Choosing a care home is a very important and often emotional decision. Moving to a different care home if the first one isn’t right for you could be a big upheaval, so you need to be confident that you have all the information you need to choose the right home for you.
But what if it doesn’t go as had been planned. Many care users forget that there are protections through consumer law and that there are consumer rights regardless of whether you pay all the costs of your care or whether some or all of the costs are paid for by the local authority, Health and Social Care Trust or NHS.
Terms and conditions
If you’re paying for your own care, there will be a contract between you and the care home. The terms and conditions in that contract must be written simply and clearly, avoiding jargon, so that you can easily understand your rights and responsibilities.
Terms must be written and agreed with you in a fair and open way.
If a term in a contract is unfair, it will not be valid and the care home cannot hold you to it. Unfair terms include those which put you, or the person who signs the contract on your behalf, at an unfair disadvantage (for example, because they give the care home more rights than you).
Terms which may be unfair include those that:
- hold you to ‘hidden’ terms that you have not had the chance to read and understand
- do not hold the care home responsible if things go wrong and it is their fault
- require fees to continue to be paid for extended periods after a resident has died
- allow the care home to make unexpected changes to your fees
- require any upfront payments, unless it is a fair deposit or an advance payment of the regular residential fees
What if something changes when I am in the care home?
You should receive the service you have agreed with the care home and not something significantly different.
If the contract allows the care home to make lots of changes to benefit itself, this is likely to be unfair. There should only be very limited situations where the terms of your contract or the service provided by the care home may need to change.
Where there are changes, you should usually be given at least 28 days’ notice of them. If you’re unhappy, you should be able to leave the home without penalty before the change takes effect.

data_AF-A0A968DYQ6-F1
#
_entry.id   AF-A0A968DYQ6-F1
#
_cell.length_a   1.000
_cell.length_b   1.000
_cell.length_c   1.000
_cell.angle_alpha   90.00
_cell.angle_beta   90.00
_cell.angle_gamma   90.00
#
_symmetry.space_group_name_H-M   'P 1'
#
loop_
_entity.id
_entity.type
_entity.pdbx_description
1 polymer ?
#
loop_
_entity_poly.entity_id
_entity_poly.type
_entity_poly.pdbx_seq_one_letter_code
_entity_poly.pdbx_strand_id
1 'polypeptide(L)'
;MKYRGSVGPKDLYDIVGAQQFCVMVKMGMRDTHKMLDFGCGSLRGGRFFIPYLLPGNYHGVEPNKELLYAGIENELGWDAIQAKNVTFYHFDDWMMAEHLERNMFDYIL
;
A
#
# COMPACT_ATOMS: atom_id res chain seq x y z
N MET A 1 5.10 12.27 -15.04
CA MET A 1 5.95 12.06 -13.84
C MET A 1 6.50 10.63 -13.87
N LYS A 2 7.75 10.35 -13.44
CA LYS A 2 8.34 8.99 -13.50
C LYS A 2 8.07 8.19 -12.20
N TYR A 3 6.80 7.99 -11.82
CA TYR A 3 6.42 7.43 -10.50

The terms of your contract should also clearly explain the circumstances in which your fees may change and how the changes will be calculated. This includes where there is an annual review of the fees or where your care needs change significantly.
If your contract gives the care home an unlimited right to increase your fees or make unexpected changes, this is likely to be unfair.
Being asked to leave a care home
The care home should clearly explain, upfront, the reasons why it might need to ask you to leave and set these out in your contract.
These must be valid reasons, for example:
- the care home cannot meet your care needs anymore, even after making reasonable adjustments
- you have repeatedly not paid your fees and you have large arrears
The care home should not ask you to leave without first consulting you, anyone assisting you, and other relevant independent professionals. You should be given at least 28 days’ written notice to leave.
Level of service
The care home’s staff must act with reasonable care and skill and provide the service they said they would. If they don’t, you may be able to claim compensation for breach of contract.
For example, they must ensure that the care home’s buildings and equipment are suitable and safe, and you must be treated with dignity and respect. If they claim to provide a particular type of care (such as palliative care), they should do so competently.
What can you do if something goes wrong?
You always have the right to complain about your care or how you’re being treated.
The care home must make it easy for you to complain and deal with your complaint quickly and fairly. They should direct you to people who may be able to support and assist you, such as advocacy, interpreter and advice services.
The staff at your care home must never discourage you from making a complaint. They must not threaten to restrict or ban your visitors or ask you to leave if you make a complaint.
The care home’s procedure for dealing with complaints must be in writing and should:
- be easy to find on their website, in their service guide and in the care home itself
- be easy to understand and use, and clearly explain what concerns and issues it covers
- be available in different languages (in so far as possible) and formats such as large print, braille and audio
- set out clear and reasonable timescales if a complaint requires further investigation
- protect your anonymity, as far as possible
- explain how you can escalate your complaint to someone more senior in the care home if you don’t think it has been dealt with properly
- explain where you can go (for example, to the Ombudsman, or the Care Inspectorate in Scotland) if you’re unhappy with how the care home has dealt with your complaint
Your consumer rights
As a resident of a care home, you have consumer rights.
Care homes which don’t meet their obligations might be in breach of consumer law and could face enforcement action by local Trading Standards Services or the CMA.
If you don’t think you are being treated fairly, or think a care home is breaking consumer law, you can contact the Citizens Advice national consumer helpline on 03454 04 05 06 (or contact 03454 04 05 05 to speak with a Welsh-speaking advisor), or visit the Citizens Advice website. As well as giving you advice, the consumer helpline can pass information about complaints on to Trading Standards. In Northern Ireland, you can contact Consumerline on 0300 123 6262, or visit the Consumerline website.